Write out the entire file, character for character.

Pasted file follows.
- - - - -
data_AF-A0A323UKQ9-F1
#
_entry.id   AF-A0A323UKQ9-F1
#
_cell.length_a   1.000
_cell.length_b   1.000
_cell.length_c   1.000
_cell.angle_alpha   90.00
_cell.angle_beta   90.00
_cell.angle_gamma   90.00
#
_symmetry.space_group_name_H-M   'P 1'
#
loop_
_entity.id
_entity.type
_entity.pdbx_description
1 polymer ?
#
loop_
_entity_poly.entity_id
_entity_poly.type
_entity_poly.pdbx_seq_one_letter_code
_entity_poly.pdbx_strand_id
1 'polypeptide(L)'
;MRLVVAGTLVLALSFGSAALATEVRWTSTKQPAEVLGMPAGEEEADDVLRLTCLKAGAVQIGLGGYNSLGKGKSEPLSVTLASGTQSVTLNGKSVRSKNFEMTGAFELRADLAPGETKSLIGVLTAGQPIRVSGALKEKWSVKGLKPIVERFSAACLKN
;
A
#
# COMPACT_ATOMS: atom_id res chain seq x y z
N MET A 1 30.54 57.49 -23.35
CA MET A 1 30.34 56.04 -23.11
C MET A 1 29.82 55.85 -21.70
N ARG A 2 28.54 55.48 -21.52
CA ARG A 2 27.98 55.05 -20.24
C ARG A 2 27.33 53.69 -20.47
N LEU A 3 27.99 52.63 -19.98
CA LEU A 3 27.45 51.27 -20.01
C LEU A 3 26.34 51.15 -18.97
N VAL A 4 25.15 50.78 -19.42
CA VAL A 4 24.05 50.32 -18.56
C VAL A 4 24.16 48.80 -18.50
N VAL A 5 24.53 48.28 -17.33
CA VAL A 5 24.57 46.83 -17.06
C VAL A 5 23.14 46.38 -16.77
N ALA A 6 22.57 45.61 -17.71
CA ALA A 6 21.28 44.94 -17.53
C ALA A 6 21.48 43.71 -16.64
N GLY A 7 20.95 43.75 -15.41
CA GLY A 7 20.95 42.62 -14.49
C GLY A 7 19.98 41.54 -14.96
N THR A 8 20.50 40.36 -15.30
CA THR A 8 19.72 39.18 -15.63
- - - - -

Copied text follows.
data_AF-A0A323UKQ9-F1
#
_entry.id   AF-A0A323UKQ9-F1
#
_cell.length_a   1.000
_cell.length_b   1.000
_cell.length_c   1.000
_cell.angle_alpha   90.00
_cell.angle_beta   90.00
_cell.angle_gamma   90.00
#
_symmetry.space_group_name_H-M   'P 1'
#
loop_
_entity.id
_entity.type
_entity.pdbx_description
1 polymer ?
#
loop_
_entity_poly.entity_id
_entity_poly.type
_entity_poly.pdbx_seq_one_letter_code
_entity_poly.pdbx_strand_id
1 'polypeptide(L)'
;MRLVVAGTLVLALSFGSAALATEVRWTSTKQPAEVLGMPAGEEEADDVLRLTCLKAGAVQIGLGGYNSLGKGKSEPLSVTLASGTQSVTLNGKSVRSKNFEMTGAFELRADLAPGETKSLIGVLTAGQPIRVSGALKEKWSVKGLKPIVERFSAACLKN
;
A
#
# COMPACT_ATOMS: atom_id res chain seq x y z
N MET A 1 30.54 57.49 -23.35
CA MET A 1 30.34 56.04 -23.11
C MET A 1 29.82 55.85 -21.70
N ARG A 2 28.54 55.48 -21.52
CA ARG A 2 27.98 55.05 -20.24
C ARG A 2 27.33 53.69 -20.47
N LEU A 3 27.99 52.63 -19.98
CA LEU A 3 27.45 51.27 -20.01
C LEU A 3 26.34 51.15 -18.97
N VAL A 4 25.15 50.78 -19.42
CA VAL A 4 24.05 50.32 -18.56
C VAL A 4 24.16 48.80 -18.50
N VAL A 5 24.53 48.28 -17.33
CA VAL A 5 24.57 46.83 -17.06
C VAL A 5 23.14 46.38 -16.77
N ALA A 6 22.57 45.61 -17.71
CA ALA A 6 21.28 44.94 -17.53
C ALA A 6 21.48 43.71 -16.64
N GLY A 7 20.95 43.75 -15.41
CA GLY A 7 20.95 42.62 -14.49
C GLY A 7 19.98 41.54 -14.96
N THR A 8 20.50 40.36 -15.30
CA THR A 8 19.72 39.18 -15.63